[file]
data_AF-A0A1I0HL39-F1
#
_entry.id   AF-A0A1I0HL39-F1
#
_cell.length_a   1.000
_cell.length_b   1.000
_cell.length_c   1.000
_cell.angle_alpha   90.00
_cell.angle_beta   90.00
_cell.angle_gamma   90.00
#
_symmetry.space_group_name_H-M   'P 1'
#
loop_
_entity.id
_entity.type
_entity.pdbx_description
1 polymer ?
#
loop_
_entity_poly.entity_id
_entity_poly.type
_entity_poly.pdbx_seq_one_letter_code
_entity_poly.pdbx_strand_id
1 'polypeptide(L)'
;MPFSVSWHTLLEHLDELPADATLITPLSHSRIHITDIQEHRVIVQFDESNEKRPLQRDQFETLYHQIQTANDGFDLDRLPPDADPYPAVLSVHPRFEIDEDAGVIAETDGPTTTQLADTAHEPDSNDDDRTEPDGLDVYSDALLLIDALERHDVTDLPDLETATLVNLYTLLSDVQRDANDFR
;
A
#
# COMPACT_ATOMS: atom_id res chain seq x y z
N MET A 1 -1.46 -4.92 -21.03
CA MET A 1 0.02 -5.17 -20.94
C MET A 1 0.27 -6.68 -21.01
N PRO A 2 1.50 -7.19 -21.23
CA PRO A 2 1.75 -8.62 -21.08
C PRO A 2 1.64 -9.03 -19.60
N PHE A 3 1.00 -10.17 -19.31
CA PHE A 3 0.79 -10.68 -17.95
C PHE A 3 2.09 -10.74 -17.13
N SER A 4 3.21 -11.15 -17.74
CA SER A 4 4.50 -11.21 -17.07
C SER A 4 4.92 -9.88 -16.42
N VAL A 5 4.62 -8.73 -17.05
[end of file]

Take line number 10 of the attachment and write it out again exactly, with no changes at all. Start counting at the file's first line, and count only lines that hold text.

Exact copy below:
_cell.angle_gamma   90.00